1. These "extra-legal" consequences are effective deterrences.

  1. UN has some enforcement powers
  2. Observence of the law may be in their own interest.
  3. Moral sanctions
  4. Act of State doctine: Domestic courts will not entertain a cause of action arising in another jurisdiction against a foreign government.

  1. Overridden by legislation in America, unless President determines that doctrine needs to be applied for foreign policy interets.
Use of Force

  1. Traditional Law

  1. Prohibition on intervention and interference in the affairs of other states, i.e. complete independence. Less realistic today.
  2. Exceptions for safety of nationals, previous unlawful use of force by other state, chronic disregard of international obligations, self defense, humanitarian intervention, armed assistance to a government at its request.
  3. Forms

  1. Severance of diplomatic relations
  2. Retorsion: Unfriendly measures not prohibited by international law, such as shutting of ports, travel restrictions, denial of entry visas, revocation of tariff concessions, display of naval forces.
  3. Reprisal: Use of force as self-help justified by necessity, in approximate proportion to the offense. Must be preceded by unsatisfied demand.
  4. Self-defense: Confined to cases when the necessity of self-defense is instant, overwhelming, and leaving no choice of means and no moment for deliberation. Requires porportionality.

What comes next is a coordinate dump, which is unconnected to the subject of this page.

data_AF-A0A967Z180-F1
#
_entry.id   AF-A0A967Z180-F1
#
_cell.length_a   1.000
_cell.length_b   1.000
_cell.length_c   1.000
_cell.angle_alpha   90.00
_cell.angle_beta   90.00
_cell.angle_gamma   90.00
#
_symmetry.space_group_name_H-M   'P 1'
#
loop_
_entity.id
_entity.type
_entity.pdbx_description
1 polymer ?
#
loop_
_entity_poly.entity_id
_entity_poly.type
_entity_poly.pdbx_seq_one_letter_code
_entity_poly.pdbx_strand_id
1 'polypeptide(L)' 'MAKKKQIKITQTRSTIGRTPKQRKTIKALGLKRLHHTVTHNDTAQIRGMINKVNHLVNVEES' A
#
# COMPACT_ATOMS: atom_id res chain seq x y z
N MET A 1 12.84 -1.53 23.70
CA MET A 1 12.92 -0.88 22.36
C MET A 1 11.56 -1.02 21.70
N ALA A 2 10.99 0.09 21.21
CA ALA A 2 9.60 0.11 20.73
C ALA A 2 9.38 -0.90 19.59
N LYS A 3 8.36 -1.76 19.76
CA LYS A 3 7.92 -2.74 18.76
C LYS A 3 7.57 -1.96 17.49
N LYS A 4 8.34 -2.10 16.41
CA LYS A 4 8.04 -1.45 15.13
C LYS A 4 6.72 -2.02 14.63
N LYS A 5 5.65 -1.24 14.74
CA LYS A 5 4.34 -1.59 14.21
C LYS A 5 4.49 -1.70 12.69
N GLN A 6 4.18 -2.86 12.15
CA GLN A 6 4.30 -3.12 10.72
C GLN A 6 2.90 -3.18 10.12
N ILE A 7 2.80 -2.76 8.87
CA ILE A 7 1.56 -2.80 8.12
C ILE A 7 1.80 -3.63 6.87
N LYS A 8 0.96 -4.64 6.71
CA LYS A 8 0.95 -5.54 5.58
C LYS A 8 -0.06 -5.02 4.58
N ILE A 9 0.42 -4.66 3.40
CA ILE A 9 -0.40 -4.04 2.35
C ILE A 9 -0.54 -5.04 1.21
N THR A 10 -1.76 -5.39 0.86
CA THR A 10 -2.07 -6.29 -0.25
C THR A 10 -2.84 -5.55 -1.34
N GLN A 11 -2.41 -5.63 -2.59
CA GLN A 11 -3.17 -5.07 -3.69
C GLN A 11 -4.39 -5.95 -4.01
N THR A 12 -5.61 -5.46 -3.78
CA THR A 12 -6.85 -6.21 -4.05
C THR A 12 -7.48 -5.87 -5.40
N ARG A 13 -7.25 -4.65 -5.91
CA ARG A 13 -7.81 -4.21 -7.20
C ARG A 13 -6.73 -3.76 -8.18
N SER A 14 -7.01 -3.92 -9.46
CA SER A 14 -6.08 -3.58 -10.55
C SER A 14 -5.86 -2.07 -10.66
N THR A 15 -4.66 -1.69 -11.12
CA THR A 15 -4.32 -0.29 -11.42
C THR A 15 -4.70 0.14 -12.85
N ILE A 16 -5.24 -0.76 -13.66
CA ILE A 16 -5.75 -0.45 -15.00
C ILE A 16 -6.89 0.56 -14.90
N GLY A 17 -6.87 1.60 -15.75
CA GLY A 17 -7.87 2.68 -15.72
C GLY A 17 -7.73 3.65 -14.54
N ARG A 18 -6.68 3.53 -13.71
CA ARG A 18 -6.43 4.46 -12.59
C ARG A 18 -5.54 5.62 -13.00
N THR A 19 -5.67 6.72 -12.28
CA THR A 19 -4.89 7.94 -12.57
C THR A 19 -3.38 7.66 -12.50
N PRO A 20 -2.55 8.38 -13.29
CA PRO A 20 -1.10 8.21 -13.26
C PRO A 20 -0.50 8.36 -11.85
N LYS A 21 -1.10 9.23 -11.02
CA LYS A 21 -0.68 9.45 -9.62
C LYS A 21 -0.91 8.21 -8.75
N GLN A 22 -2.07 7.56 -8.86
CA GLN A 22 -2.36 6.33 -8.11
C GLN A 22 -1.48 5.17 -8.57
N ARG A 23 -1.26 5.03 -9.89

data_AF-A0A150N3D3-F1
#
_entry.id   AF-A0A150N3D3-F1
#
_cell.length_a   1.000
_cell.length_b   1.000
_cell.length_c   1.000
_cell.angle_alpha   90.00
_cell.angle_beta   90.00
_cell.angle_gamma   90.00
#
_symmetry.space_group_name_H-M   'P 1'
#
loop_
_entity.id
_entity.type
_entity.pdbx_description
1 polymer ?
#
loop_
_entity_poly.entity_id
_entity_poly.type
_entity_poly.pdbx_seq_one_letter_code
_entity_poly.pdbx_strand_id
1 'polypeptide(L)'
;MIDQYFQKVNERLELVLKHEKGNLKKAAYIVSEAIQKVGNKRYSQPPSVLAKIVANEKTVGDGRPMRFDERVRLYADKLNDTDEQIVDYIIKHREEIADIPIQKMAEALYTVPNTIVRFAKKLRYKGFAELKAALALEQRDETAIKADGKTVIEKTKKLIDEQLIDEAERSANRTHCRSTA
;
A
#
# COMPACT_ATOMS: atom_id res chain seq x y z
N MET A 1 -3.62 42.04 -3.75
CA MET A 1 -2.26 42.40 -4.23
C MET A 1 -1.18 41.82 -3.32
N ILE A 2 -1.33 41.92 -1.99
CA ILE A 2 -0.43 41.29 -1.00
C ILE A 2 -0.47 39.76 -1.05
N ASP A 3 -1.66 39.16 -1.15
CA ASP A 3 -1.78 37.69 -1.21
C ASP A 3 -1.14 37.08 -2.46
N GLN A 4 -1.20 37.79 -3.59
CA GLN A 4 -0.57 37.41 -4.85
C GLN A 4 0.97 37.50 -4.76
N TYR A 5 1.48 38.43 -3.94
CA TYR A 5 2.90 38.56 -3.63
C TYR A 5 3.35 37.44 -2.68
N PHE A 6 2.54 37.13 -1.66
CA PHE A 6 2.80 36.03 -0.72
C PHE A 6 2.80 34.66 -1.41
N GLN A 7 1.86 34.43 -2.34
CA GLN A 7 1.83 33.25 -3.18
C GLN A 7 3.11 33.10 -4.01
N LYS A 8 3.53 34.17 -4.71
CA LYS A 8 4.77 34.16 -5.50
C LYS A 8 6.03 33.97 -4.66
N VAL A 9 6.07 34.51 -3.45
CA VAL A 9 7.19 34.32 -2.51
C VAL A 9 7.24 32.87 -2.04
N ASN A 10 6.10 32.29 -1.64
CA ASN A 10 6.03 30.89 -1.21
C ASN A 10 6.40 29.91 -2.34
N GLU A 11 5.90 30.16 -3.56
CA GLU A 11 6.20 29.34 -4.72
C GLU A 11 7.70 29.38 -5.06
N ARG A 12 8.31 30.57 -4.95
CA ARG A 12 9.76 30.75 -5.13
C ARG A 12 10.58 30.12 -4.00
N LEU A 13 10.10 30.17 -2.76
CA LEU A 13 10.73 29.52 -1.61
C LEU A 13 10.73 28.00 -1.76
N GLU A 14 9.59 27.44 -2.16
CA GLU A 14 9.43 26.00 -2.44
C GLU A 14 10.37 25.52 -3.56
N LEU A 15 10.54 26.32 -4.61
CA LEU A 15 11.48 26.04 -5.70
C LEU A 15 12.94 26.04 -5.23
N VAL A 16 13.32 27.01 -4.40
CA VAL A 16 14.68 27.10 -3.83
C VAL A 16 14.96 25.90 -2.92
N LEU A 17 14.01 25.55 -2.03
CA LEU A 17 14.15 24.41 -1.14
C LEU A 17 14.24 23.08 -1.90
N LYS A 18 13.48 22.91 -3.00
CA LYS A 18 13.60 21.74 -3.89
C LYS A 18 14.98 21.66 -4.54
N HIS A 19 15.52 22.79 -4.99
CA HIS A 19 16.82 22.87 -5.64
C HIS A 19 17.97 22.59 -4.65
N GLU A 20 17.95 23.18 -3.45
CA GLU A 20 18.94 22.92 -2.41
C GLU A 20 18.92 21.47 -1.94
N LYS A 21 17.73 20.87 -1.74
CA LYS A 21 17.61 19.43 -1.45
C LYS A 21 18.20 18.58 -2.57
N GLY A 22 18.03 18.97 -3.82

5. Declared war

  1. Duty to observe rules of war (no duty if war is not declared?)
  2. Respect neutrality of non-belligerent states. Assertion of neutrality is not required.

  1. Neutral country must apply policies equally to all nations at war
  2. Neutral country is guaranteed inviolability of his territory and freedom from belligerent acts.

  1. League of Nations (1919): Failed attempt at disarmament, mandating a peaceful settlement of disputes. Member nations must defend each other.
  2. Kellogg-Briand Pact (1928): Mandated peaceful settlement of disputes.
  3. UN Charter (see United Nations)
United Nations (1945)

  1. International security system that accorded a veto power to each of the major protagonists, insuring its ineffectiveness.
  2. Membership is compelling proof of statehood.
  3. Purposes

  1. Maintain and restore international peace and security (A39)
  2. Outlaws "threat or use of force" (now recognized as jus cogens; A2�4)

  1. "Force" is ambiguous � probably applies to all force that involves a non-consensual use of a State�s territory or compels a State to take a decision it would not otherwise take, except self-defense
  2. Threats would include ultimatim backed by threat of war given to a country as a coercive measure, or other coercive measures.
  3. First use of armed force is prima facie evidence of an act of agression.
  4. Most likely excludes economic coercion.

  1. Friendly relations among nations
  2. International cooperation to solve problems peacefully, respect for human rights, fundamental freedom for all.

  1. Structure

  1. General Assembly

  1. All members of the UN are members of the General Assembly.
  2. Switzerland is not a member due to permanant neutrality.
  3. General Assembly can only make recommendations.
  4. Each member has one vote. Two-thirds majority required for important decisions.

  1. Security Council

  1. Ensure international peace and security

  1. Using force only against acts of aggression or breaches of peace. Used only in Korean war and Gulf war.
  2. Economic sanctions widely used.

  1. Consists of five permanent members: China, France, UK, US and Russia.